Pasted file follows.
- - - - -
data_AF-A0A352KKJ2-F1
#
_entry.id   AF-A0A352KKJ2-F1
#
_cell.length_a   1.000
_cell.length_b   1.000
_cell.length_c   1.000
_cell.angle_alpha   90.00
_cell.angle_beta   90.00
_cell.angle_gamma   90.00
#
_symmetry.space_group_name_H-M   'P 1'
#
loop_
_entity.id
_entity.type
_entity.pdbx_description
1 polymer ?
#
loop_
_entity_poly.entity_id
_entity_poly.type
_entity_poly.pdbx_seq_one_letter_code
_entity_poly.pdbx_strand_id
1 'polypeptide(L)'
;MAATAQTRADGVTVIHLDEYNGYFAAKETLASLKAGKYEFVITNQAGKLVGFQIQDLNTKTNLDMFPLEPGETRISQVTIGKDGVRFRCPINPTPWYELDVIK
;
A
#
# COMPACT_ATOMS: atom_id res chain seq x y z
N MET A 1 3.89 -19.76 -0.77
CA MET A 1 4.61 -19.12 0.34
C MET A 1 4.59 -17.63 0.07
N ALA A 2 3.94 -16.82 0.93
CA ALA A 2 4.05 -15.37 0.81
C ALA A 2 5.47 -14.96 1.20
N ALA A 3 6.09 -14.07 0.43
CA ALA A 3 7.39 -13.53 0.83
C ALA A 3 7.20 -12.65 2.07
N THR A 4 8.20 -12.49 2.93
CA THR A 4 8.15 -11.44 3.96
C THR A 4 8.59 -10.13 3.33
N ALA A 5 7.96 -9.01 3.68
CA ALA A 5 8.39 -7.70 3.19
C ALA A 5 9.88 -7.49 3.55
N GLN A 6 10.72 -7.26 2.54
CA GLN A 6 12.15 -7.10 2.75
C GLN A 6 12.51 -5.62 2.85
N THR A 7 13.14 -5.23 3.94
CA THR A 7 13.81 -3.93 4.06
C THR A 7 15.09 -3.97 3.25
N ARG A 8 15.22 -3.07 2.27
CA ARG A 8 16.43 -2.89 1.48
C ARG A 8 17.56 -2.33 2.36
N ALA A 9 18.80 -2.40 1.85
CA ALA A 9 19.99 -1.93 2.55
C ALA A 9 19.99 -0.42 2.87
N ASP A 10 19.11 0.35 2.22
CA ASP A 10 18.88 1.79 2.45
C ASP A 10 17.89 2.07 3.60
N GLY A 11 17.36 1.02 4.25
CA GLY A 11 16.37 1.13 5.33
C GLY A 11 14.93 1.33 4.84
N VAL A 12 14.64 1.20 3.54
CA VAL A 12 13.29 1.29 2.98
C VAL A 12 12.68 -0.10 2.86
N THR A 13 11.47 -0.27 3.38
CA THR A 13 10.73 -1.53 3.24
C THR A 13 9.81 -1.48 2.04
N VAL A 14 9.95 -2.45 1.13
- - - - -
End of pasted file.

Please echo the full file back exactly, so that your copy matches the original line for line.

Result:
data_AF-A0A352KKJ2-F1
#
_entry.id   AF-A0A352KKJ2-F1
#
_cell.length_a   1.000
_cell.length_b   1.000
_cell.length_c   1.000
_cell.angle_alpha   90.00
_cell.angle_beta   90.00
_cell.angle_gamma   90.00
#
_symmetry.space_group_name_H-M   'P 1'
#
loop_
_entity.id
_entity.type
_entity.pdbx_description
1 polymer ?
#
loop_
_entity_poly.entity_id
_entity_poly.type
_entity_poly.pdbx_seq_one_letter_code
_entity_poly.pdbx_strand_id
1 'polypeptide(L)'
;MAATAQTRADGVTVIHLDEYNGYFAAKETLASLKAGKYEFVITNQAGKLVGFQIQDLNTKTNLDMFPLEPGETRISQVTIGKDGVRFRCPINPTPWYELDVIK
;
A
#
# COMPACT_ATOMS: atom_id res chain seq x y z
N MET A 1 3.89 -19.76 -0.77
CA MET A 1 4.61 -19.12 0.34
C MET A 1 4.59 -17.63 0.07
N ALA A 2 3.94 -16.82 0.93
CA ALA A 2 4.05 -15.37 0.81
C ALA A 2 5.47 -14.96 1.20
N ALA A 3 6.09 -14.07 0.43
CA ALA A 3 7.39 -13.53 0.83
C ALA A 3 7.20 -12.65 2.07
N THR A 4 8.20 -12.49 2.93
CA THR A 4 8.15 -11.44 3.96
C THR A 4 8.59 -10.13 3.33
N ALA A 5 7.96 -9.01 3.68
CA ALA A 5 8.39 -7.70 3.19
C ALA A 5 9.88 -7.49 3.55
N GLN A 6 10.72 -7.26 2.54
CA GLN A 6 12.15 -7.10 2.75
C GLN A 6 12.51 -5.62 2.85
N THR A 7 13.14 -5.23 3.94
CA THR A 7 13.81 -3.93 4.06
C THR A 7 15.09 -3.97 3.25
N ARG A 8 15.22 -3.07 2.27
CA ARG A 8 16.43 -2.89 1.48
C ARG A 8 17.56 -2.33 2.36
N ALA A 9 18.80 -2.40 1.85
CA ALA A 9 19.99 -1.93 2.55
C ALA A 9 19.99 -0.42 2.87
N ASP A 10 19.11 0.35 2.22
CA ASP A 10 18.88 1.79 2.45
C ASP A 10 17.89 2.07 3.60
N GLY A 11 17.36 1.02 4.25
CA GLY A 11 16.37 1.13 5.33
C GLY A 11 14.93 1.33 4.84
N VAL A 12 14.64 1.20 3.54
CA VAL A 12 13.29 1.29 2.98
C VAL A 12 12.68 -0.10 2.86
N THR A 13 11.47 -0.27 3.38
CA THR A 13 10.73 -1.53 3.24
C THR A 13 9.81 -1.48 2.04
N VAL A 14 9.95 -2.45 1.13